Decoding the Critical Path Analysis in Project Management

Introduction

Critical Path Analysis (CPA) is one of the scheduling techniques which is used in project management. This technique helps to draw a network diagram, symbolizing the sequence of tasks required to complete a project. Project managers make use of CPA to establish timelines on the Gantt Chart. Furthermore, this scheduling technique helps to allocate resources optimally. Project Management Professionals gain insights on this technique through the PMP Training course.

What is Critical Path Analysis?

Critical Path Analysis, Critical Path Method
Critical Path Analysis

Critical Path Analysis is a method used by project managers to draw a network diagram. This diagram represents the sequence of tasks required to complete a project. Allocating the time for each task helps in assessing the total time taken for finishing a project. Implementing the critical path analysis helps to differentiate critical and non-critical tasks of a project. This further helps in finding the longest path that passes through all the critical tasks and identifies the fastest time to complete it. Project managers can easily understand this through the graphical representation of CPA.

Steps involved in Critical Path Analysis:

Prior to analysis, a project manager must ensure that all the tasks and their dependencies can be identified. Let us have a look at the step involved in analyzing the critical path.

Step 1: Defining the scope of the project

The first step in CPA is to define the scope of the project. In simple terms, a project manager is required to list out all the activities that are to be performed. This helps project managers to identify the dependent tasks of the project.

Step 2: Identifying the critical path

Listing out the activities and their dependencies helps to find out the activities that cannot be started without completing the others. Project managers need to draw the sequence of such activities known as the critical path. This path consists of all critical activities to be completed within the schedule to avoid project delays. Such activities need the supervision of project managers to avoid disruptions in the project.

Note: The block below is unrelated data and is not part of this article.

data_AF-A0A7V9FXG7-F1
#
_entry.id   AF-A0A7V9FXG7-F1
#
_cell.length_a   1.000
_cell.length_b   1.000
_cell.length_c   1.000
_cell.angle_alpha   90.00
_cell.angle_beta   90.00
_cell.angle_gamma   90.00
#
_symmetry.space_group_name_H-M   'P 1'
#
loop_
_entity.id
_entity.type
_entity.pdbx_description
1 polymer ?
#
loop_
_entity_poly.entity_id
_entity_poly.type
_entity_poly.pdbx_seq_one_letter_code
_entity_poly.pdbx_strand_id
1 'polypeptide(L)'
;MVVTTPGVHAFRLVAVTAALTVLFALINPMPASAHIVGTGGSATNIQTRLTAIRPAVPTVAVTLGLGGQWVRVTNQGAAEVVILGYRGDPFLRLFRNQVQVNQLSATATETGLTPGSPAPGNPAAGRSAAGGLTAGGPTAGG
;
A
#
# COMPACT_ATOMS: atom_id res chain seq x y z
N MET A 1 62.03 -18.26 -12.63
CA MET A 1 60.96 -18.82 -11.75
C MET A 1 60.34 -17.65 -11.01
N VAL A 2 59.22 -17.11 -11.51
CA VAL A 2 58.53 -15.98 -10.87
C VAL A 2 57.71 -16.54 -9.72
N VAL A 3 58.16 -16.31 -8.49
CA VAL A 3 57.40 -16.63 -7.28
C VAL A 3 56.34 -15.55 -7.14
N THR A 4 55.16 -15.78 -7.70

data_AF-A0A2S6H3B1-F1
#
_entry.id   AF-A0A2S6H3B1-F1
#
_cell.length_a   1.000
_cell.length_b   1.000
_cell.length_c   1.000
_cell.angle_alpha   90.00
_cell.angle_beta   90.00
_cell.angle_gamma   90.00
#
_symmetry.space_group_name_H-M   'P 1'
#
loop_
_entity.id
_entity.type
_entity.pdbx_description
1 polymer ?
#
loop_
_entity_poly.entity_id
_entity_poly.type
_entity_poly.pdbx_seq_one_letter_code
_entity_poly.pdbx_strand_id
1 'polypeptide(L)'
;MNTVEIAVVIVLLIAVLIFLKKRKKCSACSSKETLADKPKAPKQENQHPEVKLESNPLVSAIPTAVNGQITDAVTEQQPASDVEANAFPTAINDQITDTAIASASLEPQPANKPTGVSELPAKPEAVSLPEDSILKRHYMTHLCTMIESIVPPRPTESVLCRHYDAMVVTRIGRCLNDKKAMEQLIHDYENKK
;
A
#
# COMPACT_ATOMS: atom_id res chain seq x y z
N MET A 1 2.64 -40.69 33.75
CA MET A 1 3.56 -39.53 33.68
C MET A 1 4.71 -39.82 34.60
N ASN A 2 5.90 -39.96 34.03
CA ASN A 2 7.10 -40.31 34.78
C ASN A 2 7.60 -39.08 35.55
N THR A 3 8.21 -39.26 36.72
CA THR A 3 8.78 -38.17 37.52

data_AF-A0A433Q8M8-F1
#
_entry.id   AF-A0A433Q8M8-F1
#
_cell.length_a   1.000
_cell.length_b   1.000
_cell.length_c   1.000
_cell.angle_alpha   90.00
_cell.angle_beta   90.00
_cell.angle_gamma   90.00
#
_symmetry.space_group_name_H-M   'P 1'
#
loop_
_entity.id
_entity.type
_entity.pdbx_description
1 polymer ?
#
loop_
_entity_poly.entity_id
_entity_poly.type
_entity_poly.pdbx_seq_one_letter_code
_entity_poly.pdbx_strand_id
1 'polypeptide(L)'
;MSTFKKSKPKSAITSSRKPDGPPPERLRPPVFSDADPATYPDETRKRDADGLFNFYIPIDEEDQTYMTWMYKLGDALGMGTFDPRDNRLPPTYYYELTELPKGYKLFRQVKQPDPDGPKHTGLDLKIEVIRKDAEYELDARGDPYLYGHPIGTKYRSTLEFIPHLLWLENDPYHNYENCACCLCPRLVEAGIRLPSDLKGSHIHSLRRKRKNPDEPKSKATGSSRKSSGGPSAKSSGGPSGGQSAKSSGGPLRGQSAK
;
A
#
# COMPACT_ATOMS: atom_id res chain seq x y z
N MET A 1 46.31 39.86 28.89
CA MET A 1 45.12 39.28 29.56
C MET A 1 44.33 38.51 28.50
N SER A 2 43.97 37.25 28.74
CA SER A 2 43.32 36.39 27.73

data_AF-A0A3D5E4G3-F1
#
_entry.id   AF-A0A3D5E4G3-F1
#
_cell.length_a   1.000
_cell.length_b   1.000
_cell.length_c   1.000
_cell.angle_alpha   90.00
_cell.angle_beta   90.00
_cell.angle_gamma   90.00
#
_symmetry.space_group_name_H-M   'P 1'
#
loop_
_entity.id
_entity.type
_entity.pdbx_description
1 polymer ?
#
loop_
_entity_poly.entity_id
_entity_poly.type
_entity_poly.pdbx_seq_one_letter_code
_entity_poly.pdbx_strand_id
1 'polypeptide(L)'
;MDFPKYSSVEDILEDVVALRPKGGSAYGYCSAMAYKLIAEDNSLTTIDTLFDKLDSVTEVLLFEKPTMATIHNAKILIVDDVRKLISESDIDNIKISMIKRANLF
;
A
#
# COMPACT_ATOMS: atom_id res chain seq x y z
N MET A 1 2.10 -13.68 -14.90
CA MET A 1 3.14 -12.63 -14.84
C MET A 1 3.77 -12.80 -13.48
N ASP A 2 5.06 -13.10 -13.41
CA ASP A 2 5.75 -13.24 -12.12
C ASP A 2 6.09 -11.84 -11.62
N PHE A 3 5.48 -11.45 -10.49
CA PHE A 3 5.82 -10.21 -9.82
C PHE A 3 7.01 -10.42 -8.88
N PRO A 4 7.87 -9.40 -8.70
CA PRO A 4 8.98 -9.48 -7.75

Step 3: Drawing critical paths

Critical path can be easily represented on a network diagram. The diagram showcases various critical paths for completing a project. However, a project manager is required to choose a path that includes all critical activities. This path should be the longest one among all, allowing a significant amount of time to finish a project.

Step 4: Estimating the duration

In this step, the project manager is required to estimate the time taken to complete each activity. On allocating the time, project managers need to determine the earliest and latest possible start and end times for each activity.

Step 5: Calculating the float value

Float value refers to the difference between the latest start and earliest start times of a particular activity. Critical activities tend to have zero float time. As a result, such activities assist in determining the activities that are required to be completed sequentially. This helps in completing the project on time. Non-critical activities have a float value or slack time which does not affect the end results. As a result, such activities can be delayed without creating any ripples.

Step 6: Selecting the critical path

Documenting the above findings helps project managers to choose the most critical path of the activities. This path is the longest time taken for a project to be completed as per the desired outcomes. A work plan can be easily drawn from the identified critical path whilst eliminating non-critical activities.

It is important to note that critical paths may change over time. This can be due to various factors like changes in requirements of clients or changes in government policies. Project managers are required to constantly foresee such changes.

Advantages of Critical Path Analysis:

PMP certified project managers follow critical path analysis technique while handling complex projects. With the help of a diagram, project managers can easily determine the schedule and costs required to complete a project. Let us have a look at some of the benefits.

  • Critical path analysis can be represented on a diagram. This helps project managers and the project team to easily understand the sequence of activities to be performed.
  • Project delays can be overcome by following critical path analysis. The critical activities of a project are completed on time, thereby saving ample time for other tasks.
  • Project managers can easily identify the actual and planned progress through critical path analysis. This helps in taking immediate action to bring back a project on track.
  • Dependent tasks can be easily identified through a network diagram. This assists project managers in sequencing the critical activities and their dependencies.
  • The major advantage of implementing CPA is to assist PMP certified project managers in completing a project within the given schedule.

Conclusion:

PMP certified project managers prefer CPA as one of the essential scheduling techniques even today. Applying this method has benefitted several organizations to complete a given project on time. To learn more about critical path analysis, aspiring project managers can take up PMP Certification Training. This in turn helps in earning the most prestigious certification of PMP.